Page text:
R3 and 15 banks tackle trade financing challenges with distributed ledger technology

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Financial innovation company R3 and over 15 of its consortium member banks have successfully completed two prototypes that demonstrate how distributed ledger technology can address the key challenges facing the $45bn (£34.4bn) global trade finance industry. The banks designed and used self-executing transaction agreements, known as smart contracts, on R3's Corda distributed ledger platform to process accounts receivable (AR) purchase transactions, also known as invoice financing or factoring, and letter of credit (LOC) transactions.

Both AR and LOC transactions are widely used methods of trade financing in global financial markets, said a statement.

Traditional processes surrounding trade finance are largely paper-based and are therefore time-consuming and prone to risk and fraud. Trade finance is a significant source of revenue for banks, but its once crucial role in facilitating international trade has been undermined by these inefficiencies. It has come under further threat as buyers and sellers have become able to communicate more easily and access an abundance of information and data about each other, providing greater legal certainty.

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R3's prototypes validate distributed and shared ledger technology as a digital alternative for trade financing that is significantly faster, more reliable and cost-effective. Estimates suggest that such technology has the scope to reduce operational and compliance costs of paper-based trade financing by 10 to 15% and provide a platform for banks to grow revenues by as much as 15%.<sup>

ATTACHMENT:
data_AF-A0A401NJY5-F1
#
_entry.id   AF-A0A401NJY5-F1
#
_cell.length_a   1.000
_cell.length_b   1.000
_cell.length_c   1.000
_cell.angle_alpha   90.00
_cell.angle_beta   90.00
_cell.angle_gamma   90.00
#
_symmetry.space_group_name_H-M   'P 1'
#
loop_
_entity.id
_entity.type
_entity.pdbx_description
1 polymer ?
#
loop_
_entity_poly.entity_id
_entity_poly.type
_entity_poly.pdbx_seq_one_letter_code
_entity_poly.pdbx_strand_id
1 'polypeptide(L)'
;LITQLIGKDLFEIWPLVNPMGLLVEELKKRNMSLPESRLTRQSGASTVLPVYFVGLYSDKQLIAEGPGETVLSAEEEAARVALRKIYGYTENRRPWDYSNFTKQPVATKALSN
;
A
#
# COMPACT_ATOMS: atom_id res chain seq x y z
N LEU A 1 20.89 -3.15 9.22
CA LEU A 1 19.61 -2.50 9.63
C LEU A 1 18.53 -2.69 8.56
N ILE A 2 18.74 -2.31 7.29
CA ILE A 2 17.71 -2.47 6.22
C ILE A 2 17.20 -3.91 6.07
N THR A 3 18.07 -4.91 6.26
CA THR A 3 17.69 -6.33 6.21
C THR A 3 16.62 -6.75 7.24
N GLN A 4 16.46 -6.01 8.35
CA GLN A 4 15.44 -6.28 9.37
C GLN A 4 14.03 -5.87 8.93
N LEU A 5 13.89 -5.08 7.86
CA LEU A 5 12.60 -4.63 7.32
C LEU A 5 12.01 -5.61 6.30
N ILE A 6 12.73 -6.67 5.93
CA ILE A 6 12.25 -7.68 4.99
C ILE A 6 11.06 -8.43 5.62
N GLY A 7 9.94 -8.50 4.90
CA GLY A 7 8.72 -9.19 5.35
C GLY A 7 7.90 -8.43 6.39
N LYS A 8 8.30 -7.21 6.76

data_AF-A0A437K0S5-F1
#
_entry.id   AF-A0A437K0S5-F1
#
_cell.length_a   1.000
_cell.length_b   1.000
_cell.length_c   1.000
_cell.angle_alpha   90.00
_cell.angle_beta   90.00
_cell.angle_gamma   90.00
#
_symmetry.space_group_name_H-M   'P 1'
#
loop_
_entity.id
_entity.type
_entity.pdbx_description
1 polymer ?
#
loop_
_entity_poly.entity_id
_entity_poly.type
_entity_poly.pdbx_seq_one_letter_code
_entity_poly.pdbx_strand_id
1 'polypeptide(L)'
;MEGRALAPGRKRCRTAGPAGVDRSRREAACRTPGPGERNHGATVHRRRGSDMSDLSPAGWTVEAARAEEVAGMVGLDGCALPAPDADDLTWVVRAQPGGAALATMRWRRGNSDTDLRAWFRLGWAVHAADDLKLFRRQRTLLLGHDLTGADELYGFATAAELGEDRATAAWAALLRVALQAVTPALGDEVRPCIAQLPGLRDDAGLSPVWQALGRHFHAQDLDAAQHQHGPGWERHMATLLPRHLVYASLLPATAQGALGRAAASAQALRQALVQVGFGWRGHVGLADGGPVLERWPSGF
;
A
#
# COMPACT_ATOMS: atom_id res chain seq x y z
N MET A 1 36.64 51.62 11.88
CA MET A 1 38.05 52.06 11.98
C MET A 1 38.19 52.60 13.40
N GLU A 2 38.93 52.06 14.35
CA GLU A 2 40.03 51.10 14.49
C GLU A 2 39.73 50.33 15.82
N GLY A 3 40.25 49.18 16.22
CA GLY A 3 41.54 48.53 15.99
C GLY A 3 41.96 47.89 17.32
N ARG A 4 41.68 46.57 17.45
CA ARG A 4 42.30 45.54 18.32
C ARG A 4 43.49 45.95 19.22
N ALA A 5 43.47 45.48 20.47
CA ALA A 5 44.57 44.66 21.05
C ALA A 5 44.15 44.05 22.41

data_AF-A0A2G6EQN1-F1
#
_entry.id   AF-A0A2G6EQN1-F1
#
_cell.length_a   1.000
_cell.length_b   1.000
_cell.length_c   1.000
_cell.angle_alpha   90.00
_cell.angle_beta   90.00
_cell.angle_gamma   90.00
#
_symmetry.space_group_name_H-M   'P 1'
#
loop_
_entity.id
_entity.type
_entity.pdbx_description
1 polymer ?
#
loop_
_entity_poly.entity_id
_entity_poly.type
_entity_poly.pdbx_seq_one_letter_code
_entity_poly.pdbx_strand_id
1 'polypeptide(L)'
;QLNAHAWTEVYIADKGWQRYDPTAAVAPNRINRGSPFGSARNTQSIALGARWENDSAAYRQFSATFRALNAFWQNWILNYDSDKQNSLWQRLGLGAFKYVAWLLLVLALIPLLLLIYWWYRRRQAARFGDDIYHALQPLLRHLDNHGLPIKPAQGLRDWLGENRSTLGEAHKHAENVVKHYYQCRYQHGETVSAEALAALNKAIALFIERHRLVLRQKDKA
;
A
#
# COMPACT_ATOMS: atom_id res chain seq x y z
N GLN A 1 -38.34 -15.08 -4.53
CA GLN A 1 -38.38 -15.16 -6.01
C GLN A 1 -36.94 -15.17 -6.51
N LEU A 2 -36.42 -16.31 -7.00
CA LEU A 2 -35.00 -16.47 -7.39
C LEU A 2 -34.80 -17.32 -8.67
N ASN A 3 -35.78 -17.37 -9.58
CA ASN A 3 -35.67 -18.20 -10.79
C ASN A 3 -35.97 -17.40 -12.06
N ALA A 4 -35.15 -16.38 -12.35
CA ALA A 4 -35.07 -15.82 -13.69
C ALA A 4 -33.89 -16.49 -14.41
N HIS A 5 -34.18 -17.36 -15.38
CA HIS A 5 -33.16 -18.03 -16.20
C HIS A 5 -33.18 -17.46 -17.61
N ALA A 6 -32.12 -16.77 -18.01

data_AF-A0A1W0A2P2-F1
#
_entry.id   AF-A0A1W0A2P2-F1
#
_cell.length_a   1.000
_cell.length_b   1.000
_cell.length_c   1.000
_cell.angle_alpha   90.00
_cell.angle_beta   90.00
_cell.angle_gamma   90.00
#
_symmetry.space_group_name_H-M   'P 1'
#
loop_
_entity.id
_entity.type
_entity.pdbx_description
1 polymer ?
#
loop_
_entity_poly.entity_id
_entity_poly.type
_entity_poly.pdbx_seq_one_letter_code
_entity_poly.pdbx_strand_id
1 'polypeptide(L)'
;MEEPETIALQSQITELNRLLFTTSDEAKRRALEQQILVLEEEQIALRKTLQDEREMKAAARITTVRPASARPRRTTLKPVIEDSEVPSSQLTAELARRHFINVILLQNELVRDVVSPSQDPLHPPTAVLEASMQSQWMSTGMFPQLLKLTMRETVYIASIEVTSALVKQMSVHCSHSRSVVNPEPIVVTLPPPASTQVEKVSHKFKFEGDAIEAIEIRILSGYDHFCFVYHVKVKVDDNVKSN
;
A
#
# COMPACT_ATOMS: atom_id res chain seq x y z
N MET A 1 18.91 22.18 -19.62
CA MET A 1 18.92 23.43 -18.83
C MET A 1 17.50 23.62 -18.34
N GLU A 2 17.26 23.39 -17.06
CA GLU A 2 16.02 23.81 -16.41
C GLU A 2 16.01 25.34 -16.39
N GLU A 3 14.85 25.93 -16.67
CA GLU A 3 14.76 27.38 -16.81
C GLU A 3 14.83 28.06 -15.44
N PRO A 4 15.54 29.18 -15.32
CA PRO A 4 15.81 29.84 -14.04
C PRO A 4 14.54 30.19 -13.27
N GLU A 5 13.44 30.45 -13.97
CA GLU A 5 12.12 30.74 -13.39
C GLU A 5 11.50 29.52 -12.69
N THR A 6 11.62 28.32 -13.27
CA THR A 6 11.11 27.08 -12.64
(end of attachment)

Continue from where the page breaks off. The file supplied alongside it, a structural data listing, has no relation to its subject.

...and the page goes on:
Distributed ledger technology's ability to provide a single, immutable record of a trade, verified by all parties involved in a transaction provides a number of clear benefits for trade financing. These include a reduction in fraud risk, whereby a seller may submit the same AR invoice to a bank more than once, and removal of time-consuming reconciliation processes, which occur when a buyer's payment information is not accompanied with the necessary data for banks to reconcile a payment with the relevant invoice.

David Rutter, CEO of R3, said: "Trade financing is a crucial income stream for banks and provides an integral role in enabling businesses in different countries to trade with each other with certainty and peace of mind. However, the processes used to facilitate trade financing have become antiquated and unfit for purpose in today's increasingly digital world. These trials have proved that the blockchain-inspired technology used on our Corda platform holds the key to transforming trade financing for modern financial markets."

Over 15 R3 consortium members were involved in the trials including Barclays, BBVA, BNP Paribas, Commonwealth Bank of Australia, Danske Bank, ING Bank, Intesa Sanpaolo, Natixis, Nordea, Scotiabank, UBS, UniCredit, U.S. Bank and Wells Fargo.

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